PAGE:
Russia halts petroleum exports, putting Nigeria and others at risk


Nigeria’s petrol imports are set to be disrupted by Russia’s new embargo on petrol exports, which will take effect on March 1.

According to the French international news agency Agence France-Presse, the Russian government has announced a six-month ban on petrol exports in order to secure sufficient fuel supply for domestic consumption.

According to AFP, Russia, the world’s third-largest oil producer, has experienced occasional fuel shortages since last summer as a result of increased demand and refinery maintenance.

“Restrictions on petrol exports are implemented for six months, from March 1 to August 31,” the administration stated in a statement on Thursday.

In 2023, Russia produced 43.9 million tonnes of petrol and exported approximately 5.76 million tonnes, accounting for roughly 13% of its entire output.

According to Reuters, the biggest importers of Russian fuel are African countries such as Nigeria, Libya, Tunisia, and the United Arab Emirates.

According to a report from 2023, Nigeria’s petrol imports from Russia increased by 84% in a year, reaching 3.8 million litres (24,000 barrels) in 2023, up from 558,300 liters (3,700 barrels) in 2022.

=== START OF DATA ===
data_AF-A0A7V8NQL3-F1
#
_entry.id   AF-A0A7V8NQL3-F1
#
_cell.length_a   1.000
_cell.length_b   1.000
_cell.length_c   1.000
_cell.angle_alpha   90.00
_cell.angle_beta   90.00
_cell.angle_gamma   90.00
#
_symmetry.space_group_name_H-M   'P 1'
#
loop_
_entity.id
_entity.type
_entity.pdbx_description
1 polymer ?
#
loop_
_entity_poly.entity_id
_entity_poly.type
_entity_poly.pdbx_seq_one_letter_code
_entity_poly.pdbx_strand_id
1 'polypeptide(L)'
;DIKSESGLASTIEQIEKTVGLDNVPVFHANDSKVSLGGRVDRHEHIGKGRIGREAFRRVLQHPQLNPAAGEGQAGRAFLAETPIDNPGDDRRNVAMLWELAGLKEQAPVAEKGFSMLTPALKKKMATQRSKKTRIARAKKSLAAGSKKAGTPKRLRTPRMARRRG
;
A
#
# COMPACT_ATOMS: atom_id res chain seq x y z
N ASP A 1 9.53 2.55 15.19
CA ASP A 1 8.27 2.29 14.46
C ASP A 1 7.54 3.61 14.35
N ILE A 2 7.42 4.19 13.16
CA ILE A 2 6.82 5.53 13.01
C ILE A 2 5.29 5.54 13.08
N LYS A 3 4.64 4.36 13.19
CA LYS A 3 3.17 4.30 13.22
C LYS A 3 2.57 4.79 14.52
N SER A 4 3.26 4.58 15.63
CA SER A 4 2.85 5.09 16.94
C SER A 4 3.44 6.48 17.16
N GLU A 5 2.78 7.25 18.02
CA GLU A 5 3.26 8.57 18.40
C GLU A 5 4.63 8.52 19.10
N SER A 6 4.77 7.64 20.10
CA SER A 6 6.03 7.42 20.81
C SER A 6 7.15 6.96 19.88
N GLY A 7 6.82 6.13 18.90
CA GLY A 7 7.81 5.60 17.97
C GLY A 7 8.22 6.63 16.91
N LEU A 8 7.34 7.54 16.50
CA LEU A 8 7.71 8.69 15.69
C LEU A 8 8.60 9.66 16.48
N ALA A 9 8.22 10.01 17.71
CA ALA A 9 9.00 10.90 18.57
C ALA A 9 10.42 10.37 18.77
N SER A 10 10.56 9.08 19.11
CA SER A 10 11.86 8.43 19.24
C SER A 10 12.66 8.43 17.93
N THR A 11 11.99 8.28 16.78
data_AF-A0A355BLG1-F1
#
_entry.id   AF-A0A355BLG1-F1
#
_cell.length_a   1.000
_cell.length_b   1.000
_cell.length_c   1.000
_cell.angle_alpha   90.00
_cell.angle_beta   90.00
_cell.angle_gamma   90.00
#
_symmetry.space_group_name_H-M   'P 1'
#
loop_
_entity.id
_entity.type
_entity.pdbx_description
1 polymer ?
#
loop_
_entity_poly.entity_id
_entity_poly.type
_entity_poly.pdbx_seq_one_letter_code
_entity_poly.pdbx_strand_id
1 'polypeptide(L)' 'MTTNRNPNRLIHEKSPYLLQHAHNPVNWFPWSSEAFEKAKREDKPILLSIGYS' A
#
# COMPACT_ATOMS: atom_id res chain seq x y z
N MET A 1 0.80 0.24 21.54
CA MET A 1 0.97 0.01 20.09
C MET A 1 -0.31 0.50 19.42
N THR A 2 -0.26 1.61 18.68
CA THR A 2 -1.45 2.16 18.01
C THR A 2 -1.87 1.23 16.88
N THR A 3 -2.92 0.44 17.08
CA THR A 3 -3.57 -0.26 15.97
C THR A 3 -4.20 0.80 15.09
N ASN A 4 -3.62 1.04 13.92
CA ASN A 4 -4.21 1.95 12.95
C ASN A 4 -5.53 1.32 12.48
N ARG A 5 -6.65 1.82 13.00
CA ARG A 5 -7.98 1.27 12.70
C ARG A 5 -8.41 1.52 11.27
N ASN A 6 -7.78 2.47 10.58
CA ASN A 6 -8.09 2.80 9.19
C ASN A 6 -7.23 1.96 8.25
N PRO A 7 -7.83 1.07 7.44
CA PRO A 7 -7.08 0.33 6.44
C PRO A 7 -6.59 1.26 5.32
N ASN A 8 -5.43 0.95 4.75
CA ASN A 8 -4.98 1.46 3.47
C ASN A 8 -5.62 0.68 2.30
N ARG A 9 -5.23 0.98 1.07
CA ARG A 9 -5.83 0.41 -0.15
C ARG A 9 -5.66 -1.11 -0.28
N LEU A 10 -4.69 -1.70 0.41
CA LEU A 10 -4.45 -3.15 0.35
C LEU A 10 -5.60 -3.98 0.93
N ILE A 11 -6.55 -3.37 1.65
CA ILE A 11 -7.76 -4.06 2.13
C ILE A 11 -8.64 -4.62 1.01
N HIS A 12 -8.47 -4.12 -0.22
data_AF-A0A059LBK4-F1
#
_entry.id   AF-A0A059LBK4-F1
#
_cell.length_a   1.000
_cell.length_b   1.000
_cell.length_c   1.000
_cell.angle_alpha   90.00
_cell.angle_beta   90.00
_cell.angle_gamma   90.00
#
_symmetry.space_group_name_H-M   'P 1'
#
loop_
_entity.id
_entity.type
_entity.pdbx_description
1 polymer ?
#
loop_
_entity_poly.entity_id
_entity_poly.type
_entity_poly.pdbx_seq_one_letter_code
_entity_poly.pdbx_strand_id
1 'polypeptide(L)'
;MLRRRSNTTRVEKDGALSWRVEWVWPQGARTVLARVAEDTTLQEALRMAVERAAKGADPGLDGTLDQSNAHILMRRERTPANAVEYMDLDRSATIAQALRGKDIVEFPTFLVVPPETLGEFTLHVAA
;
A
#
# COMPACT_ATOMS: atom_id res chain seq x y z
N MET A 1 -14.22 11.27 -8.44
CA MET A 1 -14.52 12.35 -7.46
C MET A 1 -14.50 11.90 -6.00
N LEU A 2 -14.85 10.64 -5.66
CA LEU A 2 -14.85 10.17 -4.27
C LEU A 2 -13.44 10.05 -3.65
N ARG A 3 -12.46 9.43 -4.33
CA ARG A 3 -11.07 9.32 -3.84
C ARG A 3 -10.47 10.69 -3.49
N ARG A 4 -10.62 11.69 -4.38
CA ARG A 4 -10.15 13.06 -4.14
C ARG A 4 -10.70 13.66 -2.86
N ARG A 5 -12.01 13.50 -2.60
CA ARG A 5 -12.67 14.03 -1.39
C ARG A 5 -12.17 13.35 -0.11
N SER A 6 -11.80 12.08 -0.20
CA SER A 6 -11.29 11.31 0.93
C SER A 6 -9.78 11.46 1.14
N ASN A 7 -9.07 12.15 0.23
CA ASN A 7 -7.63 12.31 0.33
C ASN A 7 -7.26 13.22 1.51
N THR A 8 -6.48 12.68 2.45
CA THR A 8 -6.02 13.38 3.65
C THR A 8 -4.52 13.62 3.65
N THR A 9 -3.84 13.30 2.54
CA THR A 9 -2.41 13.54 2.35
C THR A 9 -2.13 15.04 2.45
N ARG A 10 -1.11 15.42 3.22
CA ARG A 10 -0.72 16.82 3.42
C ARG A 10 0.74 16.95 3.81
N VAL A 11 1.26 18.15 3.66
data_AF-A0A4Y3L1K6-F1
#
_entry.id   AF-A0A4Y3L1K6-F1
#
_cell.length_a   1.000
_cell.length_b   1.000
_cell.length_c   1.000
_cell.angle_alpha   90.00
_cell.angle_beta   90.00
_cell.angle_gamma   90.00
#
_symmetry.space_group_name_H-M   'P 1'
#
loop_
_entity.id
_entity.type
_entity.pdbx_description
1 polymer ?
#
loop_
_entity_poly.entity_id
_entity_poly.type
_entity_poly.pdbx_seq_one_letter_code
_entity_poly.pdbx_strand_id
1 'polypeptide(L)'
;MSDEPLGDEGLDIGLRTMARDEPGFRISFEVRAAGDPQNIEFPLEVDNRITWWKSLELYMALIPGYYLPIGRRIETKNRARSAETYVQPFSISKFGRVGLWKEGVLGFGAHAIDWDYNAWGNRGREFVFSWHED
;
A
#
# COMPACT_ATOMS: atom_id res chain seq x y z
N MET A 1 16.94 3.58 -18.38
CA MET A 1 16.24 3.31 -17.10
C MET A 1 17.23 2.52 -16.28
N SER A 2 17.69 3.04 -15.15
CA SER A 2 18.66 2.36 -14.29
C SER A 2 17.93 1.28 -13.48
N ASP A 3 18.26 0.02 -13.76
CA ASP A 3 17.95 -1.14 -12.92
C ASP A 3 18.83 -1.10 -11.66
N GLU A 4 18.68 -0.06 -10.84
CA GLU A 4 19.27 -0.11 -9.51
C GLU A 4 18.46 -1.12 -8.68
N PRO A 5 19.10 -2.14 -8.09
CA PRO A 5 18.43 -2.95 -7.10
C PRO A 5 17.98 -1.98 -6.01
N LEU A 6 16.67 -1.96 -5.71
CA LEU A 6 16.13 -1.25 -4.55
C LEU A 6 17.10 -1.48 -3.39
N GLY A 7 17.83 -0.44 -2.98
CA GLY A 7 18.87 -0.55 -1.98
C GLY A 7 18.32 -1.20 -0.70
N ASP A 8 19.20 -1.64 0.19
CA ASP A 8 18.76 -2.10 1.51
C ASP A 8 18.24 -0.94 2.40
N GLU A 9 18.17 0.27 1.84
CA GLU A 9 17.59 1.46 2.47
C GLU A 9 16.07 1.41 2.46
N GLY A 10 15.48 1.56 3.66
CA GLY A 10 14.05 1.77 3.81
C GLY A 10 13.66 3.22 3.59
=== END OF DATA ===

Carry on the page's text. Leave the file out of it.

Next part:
This information was gathered from Argus West Africa Oil’s report on Nigeria’s fuel and the European trade overview.

Following embargoes imposed by the European Union, the United Kingdom, and the United States in response to the invasion of Ukraine, Russia has sought alternative markets.

The government stated that the prohibition was aimed at “maintaining a stable situation on the fuel market during a period of high demand associated with spring agricultural works, the holiday season and scheduled repairs of oil refineries.”

The Russian government is determined to minimize fuel shortages in the domestic market before the forthcoming elections next month, in which President Vladimir Putin hopes to preserve control.

Last year, Russia banned the export of diesel and gasoline, causing farmers in some areas to struggle with grain harvesting owing to fuel shortages.